How to Reduce Your Workers' Exposure to Vibration
Understanding the risks & strategies to ensure user comfort & longevity

High-quality tools typically have a robust design to withstand the demand of its operators. To meet this need, the tool bodies are usually very rigid. This rigidity, coupled with the moving internal mechanisms, can introduce vibration, which is transferred from the tool to the operator.

And, prolonged use can cause operator discomfort and lead to early fatigue, affecting the comfort and productivity of the operator. Fortunately, you can calculate, manage and minimize power tool vibration to help keep construction workers comfortable and more productive. 

Tool Vibration Factors

There are several factors that may increase a worker’s potential exposure to vibration. The following are a few factors and how to mediate or reduce the associated risks.

  • Tool maintenance and use—Tools that are not properly used and maintained according to the manufacturer’s instructions will wear faster or become broken, resulting in increased vibration. Overly worn or loose parts may begin to rattle inside the tools, causing increased vibration during use.
  • Old power tools—Vibration-reduction technology in the construction industry is a fairly new concept and a newly added tool feature. There are still tools in use that do not address this factor. Older tools were not equipped with vibration-dampening devices. Additionally, due to age and unknown maintenance history, older tools may also have worn or loose parts.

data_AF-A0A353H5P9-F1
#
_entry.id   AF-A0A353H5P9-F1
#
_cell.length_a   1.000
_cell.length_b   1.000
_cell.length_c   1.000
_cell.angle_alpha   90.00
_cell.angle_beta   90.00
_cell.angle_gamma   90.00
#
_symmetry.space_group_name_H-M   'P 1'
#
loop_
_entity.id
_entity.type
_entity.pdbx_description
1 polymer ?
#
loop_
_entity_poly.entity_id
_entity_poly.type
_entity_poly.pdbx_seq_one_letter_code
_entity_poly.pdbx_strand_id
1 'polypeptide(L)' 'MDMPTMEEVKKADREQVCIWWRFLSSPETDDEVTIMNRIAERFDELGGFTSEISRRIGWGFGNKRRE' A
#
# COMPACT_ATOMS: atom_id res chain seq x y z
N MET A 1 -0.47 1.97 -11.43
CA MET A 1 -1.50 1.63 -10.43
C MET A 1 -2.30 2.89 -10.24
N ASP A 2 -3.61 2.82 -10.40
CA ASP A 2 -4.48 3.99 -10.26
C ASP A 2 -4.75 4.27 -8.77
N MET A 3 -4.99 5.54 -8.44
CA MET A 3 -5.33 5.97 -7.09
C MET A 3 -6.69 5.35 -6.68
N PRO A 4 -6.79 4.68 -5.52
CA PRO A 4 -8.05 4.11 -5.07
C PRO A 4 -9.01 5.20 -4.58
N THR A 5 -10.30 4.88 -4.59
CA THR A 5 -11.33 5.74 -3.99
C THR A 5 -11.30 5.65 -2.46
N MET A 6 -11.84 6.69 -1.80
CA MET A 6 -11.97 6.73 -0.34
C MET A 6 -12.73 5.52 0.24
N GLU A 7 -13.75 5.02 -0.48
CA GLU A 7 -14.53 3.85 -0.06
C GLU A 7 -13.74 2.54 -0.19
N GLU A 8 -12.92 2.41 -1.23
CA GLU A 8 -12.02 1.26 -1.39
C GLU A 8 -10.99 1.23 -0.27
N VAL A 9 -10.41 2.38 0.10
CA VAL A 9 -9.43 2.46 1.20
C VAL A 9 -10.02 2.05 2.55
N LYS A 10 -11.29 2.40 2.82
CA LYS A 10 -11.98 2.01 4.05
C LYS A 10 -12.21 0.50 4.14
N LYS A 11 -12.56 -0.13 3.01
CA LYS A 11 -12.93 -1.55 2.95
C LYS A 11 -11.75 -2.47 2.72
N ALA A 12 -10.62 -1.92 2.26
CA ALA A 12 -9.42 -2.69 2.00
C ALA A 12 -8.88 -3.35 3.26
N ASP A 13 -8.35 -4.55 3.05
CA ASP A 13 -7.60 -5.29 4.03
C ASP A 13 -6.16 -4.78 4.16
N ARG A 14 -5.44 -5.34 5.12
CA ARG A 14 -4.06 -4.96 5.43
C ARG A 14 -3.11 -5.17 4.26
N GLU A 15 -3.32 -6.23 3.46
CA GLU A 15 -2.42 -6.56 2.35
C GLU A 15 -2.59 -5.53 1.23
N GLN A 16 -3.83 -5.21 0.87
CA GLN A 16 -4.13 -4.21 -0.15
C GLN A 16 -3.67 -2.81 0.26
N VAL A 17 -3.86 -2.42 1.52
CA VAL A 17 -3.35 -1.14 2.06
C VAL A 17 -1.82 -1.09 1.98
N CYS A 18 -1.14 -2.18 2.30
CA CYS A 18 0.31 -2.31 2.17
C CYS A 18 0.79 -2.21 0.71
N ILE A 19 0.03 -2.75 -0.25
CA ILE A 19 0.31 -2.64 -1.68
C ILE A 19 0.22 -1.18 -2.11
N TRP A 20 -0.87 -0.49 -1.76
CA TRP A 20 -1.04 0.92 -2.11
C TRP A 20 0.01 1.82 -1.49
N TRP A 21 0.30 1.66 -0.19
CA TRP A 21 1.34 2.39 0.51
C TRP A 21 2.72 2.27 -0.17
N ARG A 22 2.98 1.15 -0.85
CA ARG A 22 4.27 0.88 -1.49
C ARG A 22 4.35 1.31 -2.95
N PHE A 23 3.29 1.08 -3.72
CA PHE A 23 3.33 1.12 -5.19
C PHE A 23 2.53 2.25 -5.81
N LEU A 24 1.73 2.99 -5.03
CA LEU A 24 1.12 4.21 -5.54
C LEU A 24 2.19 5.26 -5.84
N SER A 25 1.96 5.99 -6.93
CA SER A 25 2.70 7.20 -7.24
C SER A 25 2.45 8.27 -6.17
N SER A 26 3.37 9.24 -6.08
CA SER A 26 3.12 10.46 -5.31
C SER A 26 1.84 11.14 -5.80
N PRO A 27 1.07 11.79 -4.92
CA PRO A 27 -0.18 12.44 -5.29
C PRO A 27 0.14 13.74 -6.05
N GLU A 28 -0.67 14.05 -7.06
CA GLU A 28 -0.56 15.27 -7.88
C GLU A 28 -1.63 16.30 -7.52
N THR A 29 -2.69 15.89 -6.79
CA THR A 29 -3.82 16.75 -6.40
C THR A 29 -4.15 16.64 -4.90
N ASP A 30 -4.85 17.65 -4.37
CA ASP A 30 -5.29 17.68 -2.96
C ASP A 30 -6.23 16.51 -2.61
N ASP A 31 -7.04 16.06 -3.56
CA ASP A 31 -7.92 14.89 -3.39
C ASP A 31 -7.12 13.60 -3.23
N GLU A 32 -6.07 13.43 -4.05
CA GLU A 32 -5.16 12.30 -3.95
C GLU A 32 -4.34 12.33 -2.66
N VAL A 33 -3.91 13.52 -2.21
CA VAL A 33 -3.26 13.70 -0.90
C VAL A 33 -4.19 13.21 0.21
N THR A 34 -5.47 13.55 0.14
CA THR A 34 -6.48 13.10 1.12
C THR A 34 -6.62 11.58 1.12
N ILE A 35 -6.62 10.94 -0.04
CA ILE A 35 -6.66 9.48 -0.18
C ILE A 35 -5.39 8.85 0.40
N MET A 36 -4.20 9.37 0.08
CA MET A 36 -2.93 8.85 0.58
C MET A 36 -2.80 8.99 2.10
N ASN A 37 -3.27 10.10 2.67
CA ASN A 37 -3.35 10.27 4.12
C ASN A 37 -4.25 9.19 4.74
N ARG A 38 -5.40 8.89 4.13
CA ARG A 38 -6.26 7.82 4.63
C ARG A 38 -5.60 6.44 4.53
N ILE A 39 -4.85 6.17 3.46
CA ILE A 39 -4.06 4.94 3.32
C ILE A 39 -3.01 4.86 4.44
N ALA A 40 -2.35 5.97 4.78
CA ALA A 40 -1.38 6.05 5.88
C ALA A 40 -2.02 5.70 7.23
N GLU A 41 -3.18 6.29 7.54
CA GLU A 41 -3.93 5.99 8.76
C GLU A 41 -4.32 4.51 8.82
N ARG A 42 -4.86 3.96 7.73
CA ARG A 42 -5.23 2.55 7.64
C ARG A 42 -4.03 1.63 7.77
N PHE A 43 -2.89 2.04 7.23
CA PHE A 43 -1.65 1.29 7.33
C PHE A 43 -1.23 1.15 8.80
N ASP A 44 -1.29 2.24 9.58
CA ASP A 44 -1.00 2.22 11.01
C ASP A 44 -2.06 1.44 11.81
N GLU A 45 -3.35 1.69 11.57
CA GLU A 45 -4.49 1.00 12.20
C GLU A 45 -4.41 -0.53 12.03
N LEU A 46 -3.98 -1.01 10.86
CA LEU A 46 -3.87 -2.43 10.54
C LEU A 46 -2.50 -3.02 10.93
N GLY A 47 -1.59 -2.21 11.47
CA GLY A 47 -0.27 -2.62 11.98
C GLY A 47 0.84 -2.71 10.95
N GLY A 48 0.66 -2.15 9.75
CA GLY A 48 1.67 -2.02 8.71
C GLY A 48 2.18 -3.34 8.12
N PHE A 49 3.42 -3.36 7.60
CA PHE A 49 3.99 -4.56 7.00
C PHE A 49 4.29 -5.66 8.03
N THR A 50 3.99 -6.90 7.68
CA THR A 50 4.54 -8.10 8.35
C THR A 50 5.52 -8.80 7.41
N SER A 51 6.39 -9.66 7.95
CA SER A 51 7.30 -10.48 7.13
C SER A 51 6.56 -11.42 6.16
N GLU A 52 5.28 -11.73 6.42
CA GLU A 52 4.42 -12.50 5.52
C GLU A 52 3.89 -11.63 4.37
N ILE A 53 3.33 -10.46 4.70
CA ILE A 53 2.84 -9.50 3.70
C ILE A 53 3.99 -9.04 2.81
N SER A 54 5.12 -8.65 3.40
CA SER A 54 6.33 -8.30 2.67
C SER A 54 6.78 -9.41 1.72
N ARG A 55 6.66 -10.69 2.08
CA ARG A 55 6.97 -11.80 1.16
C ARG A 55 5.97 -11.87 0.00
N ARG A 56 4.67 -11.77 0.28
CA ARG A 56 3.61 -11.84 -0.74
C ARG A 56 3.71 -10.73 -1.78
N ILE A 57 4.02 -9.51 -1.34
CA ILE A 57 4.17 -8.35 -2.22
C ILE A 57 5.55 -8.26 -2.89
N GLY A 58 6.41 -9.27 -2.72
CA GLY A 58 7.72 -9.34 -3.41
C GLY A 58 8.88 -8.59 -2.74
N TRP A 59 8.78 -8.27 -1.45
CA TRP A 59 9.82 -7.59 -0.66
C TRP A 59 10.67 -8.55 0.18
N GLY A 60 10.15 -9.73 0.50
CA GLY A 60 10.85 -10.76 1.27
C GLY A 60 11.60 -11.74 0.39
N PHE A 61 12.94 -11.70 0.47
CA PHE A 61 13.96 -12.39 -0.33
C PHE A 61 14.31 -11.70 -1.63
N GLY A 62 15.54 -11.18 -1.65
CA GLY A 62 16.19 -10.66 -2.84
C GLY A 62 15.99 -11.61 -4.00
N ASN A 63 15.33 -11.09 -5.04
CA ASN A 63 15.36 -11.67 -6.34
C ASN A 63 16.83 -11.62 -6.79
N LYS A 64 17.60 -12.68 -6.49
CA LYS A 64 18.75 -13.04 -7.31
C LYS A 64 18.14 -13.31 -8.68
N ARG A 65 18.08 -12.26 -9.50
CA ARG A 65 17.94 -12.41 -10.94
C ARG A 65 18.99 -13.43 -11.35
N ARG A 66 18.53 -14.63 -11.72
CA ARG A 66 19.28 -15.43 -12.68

• Power tool design and selection—Even new tools can expose employees to excessive vibration if they are not designed for reduction. Vibration research has focused on key areas, such as vibration-reduction technology and hand-positioning design.

Active Vibration Reduction

Through research and development, Hilti has worked to help minimize power tool vibration using active vibration reduction (AVR) systems. This technology reduces vibration by up to two-thirds compared to conventional tools, allowing the products and tools to be used longer.

The AVR system works to help reduce vibration to the operator rather than just to the tool itself, and it does so in many ways, including:

  • The motor is isolated from the external housing through a suspension system, absorbing vibration that wouldotherwise pass directly to the user.
  • Counterweights oscillate to counteract vibration in tools reducing the vibration, which reaches the operator’s hands.
  • Decoupled handles separate the vibrating section of the tool from the user, which also feature a built-in vibration absorber.

Positioning & Vibration

The ergonomic design of a tool, including good grip comfort and pressure, optimal angle of the main handles and a short distance from the main to the support handle, if applicable, is important. As such, power tool ergonomics studies have focused on hand and body positioning. 

These two positionings, when designed to fit the task and environment, help reduce exposure of vibration to the hands and potentially the rest of the body. One critical practice is ensuring the tool is held with the minimal amount of force required to keep it safely under control. Power tools designed to allow for a good grip of the tool while in operation can decrease vibration coupling and fatigue, providing a more comfortable operator experience. 

Reducing Vibration Exposure

To help your workers reduce the vibrations of their equipment and the transfer of vibrations to their hands and body, employ the following best practices: 

  • Use high-quality, low-vibration tools. 
  • Use the right tool for the job.
  • Follow manufacturer instructions for use and maintenance.
  • Inspect and maintain power tools regularly for wear and damage that could increase vibration exposure. Train workers or individuals responsible for inspecting tools on what to look for. Remove defective or poorly maintained tools from service until they can be repaired or properly disposed of.
  • Provide training so workers understand the nature of vibration, how to control or limit exposure, and the signs of fatigue or discomfort. 
  • Encourage good circulation by keeping hands warm and dry, and exercising fingers during breaks.